A few years later, Bill Cosby and Louis CK proved that those sexually aggressive, sexist sets were an extension of who they were. Cosby joked about drugging women, later substantiated with criminal evidence. We were laughing at a criminal Hansel-Gretteling their crime because they knew this humour was nothing out of the ordinary. That is how scary it looked to me, that is how scary it is. (If nervous laughter counts, I don’t think I ever stopped having a sense of humour.)
To have the power to interrogate the existing power dynamics, subvert belittling, interrupt erasing, or laughing at an oppressed community, is a responsibility, and for the lack of a better term, not a joke. “…just remember the golden rule of comedy, which is, if you’re in the minority, you do not matter“, said comedian and writer Hannah Gadsby.
Starting college, changing access with the advent of the internet, and the rise of fourth-wave feminism informed me with a deeper understanding of the reason why the world had started looking less funny by the minute. SMS one-liners started transforming into memes, comedy shows into youtube skits, but I couldn’t take off my feminist glasses for a peal of hearty, oblivious laughter.
The writing started looking predictable, with easy punchlines saying men will be men or women are frivolous, materialistic, mysterious creatures making the world a difficult place to live, one joke at a time.
Homophobia and transphobia were entrenched in the fabric of popular humour. I started realising there was very little space for funny in the world of comedy in literature, media, or personal spaces. I also realised that being funny meant “oh you are not like other girls” in the heterosexual dating pool.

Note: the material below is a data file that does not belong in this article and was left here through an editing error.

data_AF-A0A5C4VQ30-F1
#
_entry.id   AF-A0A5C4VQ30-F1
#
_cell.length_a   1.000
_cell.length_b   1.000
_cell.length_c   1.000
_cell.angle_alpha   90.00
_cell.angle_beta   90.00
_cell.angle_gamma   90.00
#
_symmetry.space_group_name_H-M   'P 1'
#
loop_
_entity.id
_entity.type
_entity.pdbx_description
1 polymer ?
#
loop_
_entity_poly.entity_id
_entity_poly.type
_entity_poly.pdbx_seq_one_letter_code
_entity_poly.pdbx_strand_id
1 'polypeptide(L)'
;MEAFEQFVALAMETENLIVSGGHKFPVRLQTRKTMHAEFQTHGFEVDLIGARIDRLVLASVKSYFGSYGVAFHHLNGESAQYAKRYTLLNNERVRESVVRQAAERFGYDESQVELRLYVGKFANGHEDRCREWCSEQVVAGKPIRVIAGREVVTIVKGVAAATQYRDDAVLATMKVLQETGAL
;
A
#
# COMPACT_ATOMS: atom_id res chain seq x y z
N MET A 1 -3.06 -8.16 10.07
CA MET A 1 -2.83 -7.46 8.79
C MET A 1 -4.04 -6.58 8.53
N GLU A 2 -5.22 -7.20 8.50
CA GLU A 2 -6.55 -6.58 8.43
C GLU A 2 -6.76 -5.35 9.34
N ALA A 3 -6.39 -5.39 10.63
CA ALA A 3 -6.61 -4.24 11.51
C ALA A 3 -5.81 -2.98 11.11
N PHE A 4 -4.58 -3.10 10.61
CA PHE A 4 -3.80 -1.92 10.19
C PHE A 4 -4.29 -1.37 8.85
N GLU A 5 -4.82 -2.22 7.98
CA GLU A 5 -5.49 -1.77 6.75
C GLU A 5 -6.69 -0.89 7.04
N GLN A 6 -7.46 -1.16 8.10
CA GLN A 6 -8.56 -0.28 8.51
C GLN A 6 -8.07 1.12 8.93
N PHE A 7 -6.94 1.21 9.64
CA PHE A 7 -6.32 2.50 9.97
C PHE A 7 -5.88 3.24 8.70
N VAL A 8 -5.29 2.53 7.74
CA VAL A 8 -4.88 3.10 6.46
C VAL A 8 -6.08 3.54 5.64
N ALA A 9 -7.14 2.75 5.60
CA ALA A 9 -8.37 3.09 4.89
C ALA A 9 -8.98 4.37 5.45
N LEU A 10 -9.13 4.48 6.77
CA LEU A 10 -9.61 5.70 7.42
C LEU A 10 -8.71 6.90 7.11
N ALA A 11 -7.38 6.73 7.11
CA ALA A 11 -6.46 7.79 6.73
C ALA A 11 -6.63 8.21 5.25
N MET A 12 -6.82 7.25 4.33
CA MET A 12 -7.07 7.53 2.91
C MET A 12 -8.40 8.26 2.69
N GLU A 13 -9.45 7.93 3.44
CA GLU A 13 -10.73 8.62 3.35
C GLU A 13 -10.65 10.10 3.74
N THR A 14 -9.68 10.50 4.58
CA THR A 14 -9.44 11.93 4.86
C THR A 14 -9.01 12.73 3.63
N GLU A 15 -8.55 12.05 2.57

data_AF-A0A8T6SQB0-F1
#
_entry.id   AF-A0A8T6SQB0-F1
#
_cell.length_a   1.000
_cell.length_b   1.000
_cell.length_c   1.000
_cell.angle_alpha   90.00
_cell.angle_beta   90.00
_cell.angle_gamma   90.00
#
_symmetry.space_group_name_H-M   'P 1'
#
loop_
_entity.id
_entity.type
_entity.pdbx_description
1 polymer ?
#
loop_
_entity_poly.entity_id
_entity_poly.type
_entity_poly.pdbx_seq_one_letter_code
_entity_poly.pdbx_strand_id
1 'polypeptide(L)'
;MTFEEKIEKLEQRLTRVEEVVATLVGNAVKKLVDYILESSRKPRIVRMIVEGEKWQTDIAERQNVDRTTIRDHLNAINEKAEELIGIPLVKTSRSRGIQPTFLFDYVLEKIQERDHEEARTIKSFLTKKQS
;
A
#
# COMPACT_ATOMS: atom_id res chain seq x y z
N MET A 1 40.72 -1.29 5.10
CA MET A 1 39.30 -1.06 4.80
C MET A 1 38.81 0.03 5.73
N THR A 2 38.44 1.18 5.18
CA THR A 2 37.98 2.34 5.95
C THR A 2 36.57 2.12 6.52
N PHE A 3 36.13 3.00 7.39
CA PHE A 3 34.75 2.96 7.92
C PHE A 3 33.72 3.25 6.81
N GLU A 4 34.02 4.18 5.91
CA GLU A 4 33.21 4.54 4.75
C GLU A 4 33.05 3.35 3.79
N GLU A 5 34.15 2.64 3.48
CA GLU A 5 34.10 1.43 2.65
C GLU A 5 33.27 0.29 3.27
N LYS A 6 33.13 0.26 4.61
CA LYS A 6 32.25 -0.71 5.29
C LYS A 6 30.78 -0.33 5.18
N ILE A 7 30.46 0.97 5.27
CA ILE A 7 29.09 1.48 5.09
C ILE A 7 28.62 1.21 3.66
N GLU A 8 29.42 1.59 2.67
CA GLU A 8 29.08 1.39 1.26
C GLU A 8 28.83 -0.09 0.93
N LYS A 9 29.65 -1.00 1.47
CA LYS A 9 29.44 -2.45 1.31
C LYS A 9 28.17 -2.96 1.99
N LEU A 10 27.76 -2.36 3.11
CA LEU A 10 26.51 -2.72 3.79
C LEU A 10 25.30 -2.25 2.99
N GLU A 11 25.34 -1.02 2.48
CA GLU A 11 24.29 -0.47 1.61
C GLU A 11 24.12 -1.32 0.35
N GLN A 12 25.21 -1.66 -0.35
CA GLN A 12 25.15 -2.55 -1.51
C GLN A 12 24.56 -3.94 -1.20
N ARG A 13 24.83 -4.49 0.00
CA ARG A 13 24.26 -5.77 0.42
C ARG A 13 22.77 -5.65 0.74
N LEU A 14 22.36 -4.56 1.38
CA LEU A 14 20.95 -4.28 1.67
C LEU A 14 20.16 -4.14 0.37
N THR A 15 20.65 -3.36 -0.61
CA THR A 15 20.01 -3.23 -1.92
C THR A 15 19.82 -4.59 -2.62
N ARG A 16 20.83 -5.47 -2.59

I disliked the popular, violent comic rhetoric while also feeling frustrated with the sexist reception of my sense of humour. My signature puns and bad jokes soon took an acidic tone. At home, my parents could not reheat the classic casserole of sexist jokes for my weekend visits anymore. Friends were getting exhausted with me constantly pointing out why a certain joke did a disservice to a community. A funny slur became evidence of a casteist conscience wielded by the Brahminical society. A men-are-from-Mars-women-are-from-Venus joke became a patriarchal tool. I became a bane of the funny world’s existence.
Common dialogues my fellow feminists might have heard, “Can’t you take a joke” or “Lighten up!” or “Do not take life so seriously”, became regular comebacks. Repeating something makes it look like the truth: this was a feminist’s dilemma before it became a strategy to run a country. I started wondering was I really losing my sense of humour. I always loved language and how it could be moulded to mean so many things and the innate humour in that. Did being a feminist mean I could not be funny anymore?
Being a funny feminist
“It’s hard to be told to lighten up because if you lighten up any more, you’re going to float the fuck away,” writes Roxane Gay in her book Bad Feminist. I do not remember the exact moment it dawned on me that men wouldn’t be “funny” if women did not exist. It was either the first time I saw my trauma reflected in the drawing-room jokes or the second time I saw a man stiffen up at a joke made at his expense.
I grew to observe that this formula holds true at every intersection. By the time I was in college, I was considered madly unfunny, and serious at home and in most commonplaces. Amongst peers, I was cynical at best, and a riot in my friend circle, which was more triangle than anything else. I was an absolute killjoy for most men I dated. Some years later, well into my professional life in the corporate world, I became a terrifying presence at the water cooler. A feminist without an off button. Some jokes really crack me up.